SLOs are goals identified by a teacher or group of teachers that identify expected learning outcomes or growth targets for a group of students over a period of time. SLOs are determined by teachers after analyzing data on student academic performance and identifying areas that need a targeted effort for all students and subgroups of students. As a way to measure student growth, the objectives demonstrate a teacher’s impact on student learning within a given interval of instruction. Further, they enable teachers to use their own knowledge of appropriate student progress to make meaningful decisions about how their students’ learning is measured. As a collaborative process, SLOs also support teacher teams in their use of best practices.For Worthington elementary and middle school teachers without value added or MAP data, 45 % of student growth will be from a written SLO. The final 5% will be shared attribution from building reading value added. High School teachers do not have value added data and therefore those without MAP will use and SLO for the full 50%.

Shared Attribution Measures.

Shared attribution measures are student growth measures that can be attributed to a group. This could include a district, building, department or grade-level team. These measures encourage collaborative goals and may be used as data in the student growth component. The WoTES design team determined that building level value added in reading will count for 5% of evaluation in buildings with value added data. (Elementary and Middle School.)

Student Growth Calculation Examples:

Example #1: A sixth-grade math teacher in Category A1 only teaches sixth grade math, and will eventually use only Value-Added as her student growth measure component.

  • In 2013-14, her Value-Added report must be at least 25% of the student growth measure component. An SLO will be 20% and Shared Attribution 5%
  • In 2014-15, the Value-Added report would represent the entire 50% of the student growth measure component.

Example #2: A fourth-grade teacher in a self-contained classroom teaches all four Core subjects and is in Category A2:

  • The Value-Added composite report (which includes math and reading) would represent 25%. The remaining 25% would be an SLO for 20% and Shared Attribution 5%.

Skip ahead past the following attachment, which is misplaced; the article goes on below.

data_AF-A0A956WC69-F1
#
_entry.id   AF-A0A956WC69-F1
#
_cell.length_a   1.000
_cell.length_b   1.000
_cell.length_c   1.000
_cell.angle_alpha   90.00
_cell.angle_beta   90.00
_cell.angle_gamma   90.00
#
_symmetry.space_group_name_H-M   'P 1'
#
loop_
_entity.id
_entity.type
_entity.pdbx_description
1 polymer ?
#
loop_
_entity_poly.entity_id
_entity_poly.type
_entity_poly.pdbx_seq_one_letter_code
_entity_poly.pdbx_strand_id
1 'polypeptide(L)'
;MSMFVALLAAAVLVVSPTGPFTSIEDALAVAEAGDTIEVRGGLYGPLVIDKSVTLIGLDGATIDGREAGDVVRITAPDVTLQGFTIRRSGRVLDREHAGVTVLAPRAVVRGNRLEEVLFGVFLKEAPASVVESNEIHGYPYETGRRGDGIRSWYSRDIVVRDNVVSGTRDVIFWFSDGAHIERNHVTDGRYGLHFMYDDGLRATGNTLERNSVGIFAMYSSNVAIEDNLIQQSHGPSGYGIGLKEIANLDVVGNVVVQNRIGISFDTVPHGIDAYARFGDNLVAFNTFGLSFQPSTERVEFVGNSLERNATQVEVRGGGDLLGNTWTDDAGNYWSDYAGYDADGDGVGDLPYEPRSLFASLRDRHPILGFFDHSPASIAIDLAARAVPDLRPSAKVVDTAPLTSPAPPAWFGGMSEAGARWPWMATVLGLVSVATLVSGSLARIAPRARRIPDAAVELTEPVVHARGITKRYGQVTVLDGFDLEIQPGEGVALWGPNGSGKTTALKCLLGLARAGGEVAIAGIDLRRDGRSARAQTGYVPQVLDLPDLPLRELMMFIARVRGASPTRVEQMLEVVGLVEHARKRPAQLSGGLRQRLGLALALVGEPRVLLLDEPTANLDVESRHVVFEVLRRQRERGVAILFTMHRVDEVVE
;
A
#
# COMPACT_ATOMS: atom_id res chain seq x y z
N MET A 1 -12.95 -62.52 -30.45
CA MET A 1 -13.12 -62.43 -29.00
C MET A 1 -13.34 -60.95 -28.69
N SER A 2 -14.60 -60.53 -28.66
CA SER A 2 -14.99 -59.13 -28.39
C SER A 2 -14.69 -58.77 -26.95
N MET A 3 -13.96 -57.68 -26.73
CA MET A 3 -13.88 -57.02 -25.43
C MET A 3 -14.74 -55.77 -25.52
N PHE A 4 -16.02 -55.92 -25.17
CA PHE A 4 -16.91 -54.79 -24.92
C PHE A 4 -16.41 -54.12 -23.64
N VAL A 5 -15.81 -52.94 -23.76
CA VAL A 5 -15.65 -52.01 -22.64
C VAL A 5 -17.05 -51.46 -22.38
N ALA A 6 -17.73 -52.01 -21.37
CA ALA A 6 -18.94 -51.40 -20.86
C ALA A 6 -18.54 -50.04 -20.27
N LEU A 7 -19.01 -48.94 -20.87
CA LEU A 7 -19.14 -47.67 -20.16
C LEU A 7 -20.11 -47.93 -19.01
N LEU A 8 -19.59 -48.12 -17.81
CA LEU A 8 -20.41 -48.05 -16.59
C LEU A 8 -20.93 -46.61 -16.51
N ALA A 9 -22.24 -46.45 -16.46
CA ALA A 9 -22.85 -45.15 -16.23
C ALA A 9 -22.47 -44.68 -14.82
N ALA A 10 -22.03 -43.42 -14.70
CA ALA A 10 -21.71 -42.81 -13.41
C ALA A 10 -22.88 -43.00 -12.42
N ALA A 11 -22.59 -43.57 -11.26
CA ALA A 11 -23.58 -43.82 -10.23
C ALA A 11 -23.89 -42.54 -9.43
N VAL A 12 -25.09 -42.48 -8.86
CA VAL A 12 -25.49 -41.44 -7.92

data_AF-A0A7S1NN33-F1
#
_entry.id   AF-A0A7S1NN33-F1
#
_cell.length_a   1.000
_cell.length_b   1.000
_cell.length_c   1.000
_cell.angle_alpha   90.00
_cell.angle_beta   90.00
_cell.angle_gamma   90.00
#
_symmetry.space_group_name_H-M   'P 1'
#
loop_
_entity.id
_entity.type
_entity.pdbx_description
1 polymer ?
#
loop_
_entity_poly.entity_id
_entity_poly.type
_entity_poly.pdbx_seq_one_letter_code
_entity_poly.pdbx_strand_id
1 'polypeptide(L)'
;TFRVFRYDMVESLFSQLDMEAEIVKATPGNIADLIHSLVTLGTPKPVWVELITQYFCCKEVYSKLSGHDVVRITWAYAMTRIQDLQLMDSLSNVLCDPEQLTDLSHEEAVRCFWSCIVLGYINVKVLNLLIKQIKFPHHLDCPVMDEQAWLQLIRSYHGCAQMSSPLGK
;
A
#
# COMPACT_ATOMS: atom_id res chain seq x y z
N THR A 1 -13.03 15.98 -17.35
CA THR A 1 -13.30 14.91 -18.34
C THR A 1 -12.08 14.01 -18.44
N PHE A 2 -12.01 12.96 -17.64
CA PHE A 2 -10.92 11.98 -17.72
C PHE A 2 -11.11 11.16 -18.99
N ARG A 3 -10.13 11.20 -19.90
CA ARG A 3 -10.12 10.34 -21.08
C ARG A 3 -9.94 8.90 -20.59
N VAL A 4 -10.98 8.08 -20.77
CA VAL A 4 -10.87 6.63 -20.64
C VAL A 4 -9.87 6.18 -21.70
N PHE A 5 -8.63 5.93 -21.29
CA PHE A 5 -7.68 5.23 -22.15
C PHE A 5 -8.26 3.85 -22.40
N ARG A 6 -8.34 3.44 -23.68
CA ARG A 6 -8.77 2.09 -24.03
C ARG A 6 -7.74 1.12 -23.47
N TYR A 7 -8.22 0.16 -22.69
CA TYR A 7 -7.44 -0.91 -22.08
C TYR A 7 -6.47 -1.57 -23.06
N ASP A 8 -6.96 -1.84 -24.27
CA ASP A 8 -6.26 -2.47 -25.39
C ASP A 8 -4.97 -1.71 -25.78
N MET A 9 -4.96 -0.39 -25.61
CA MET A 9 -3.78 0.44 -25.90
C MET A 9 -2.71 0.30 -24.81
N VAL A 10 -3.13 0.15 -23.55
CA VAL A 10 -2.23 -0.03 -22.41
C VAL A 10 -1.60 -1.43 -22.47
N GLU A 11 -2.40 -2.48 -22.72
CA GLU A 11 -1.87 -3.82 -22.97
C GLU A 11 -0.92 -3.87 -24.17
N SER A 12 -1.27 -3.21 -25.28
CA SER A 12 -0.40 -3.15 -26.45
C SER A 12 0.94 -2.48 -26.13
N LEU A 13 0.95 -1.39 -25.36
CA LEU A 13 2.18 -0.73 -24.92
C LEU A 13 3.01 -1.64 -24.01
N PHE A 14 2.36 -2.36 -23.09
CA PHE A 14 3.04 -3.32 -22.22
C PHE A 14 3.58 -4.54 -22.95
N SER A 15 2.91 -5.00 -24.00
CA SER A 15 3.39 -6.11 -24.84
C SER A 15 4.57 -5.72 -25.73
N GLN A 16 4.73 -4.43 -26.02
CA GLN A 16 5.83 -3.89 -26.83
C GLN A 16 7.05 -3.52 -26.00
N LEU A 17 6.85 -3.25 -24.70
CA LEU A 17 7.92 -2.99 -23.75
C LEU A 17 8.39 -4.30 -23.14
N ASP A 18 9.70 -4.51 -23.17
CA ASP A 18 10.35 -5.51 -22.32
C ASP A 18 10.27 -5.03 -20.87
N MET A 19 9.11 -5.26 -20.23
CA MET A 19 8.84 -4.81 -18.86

Example #3: A seventh-grade social studies teacher teaches four periods of history and one period of economics. Worthington uses an assessment that is on the Approved Vendor list for history so this teacher would be in Category B.

  • Worthington determined that Category B teachers will use Approved Vendor Assessments (MAP NWEA) for 20% and SLO for 20% and Shared Attribution 5%.

Example #4: A high school music teacher without Value-Added or Approved Vendor Assessment data would be in Category C, and will utilize relevant Student Learning Objectives (SLOs) as Worthington measures:

  • This music teacher will develop SLOs for 50% of the student growth component.

Student Growth Rating:

Each teacher’s total student growth will be calculated to be provided in a category of Above Expected Growth, At Expected Growth or Below Expected Growth.

Final Rating:

To obtain the final rating each category’s sub-scores are combined on the Evaluation Matrix to determine the rating. The vertical axis of the Evaluation Matrix represents student growth measures and the horizontal axis on the table represents teacher performance. By using the Evaluation Matrix, a final rating of Accomplished, Proficient, Developing or Ineffective will be determined.

If you’re interested in learning more about teacher evaluation the Ohio Department of Education has developed a wealth of resources and information that you can access here.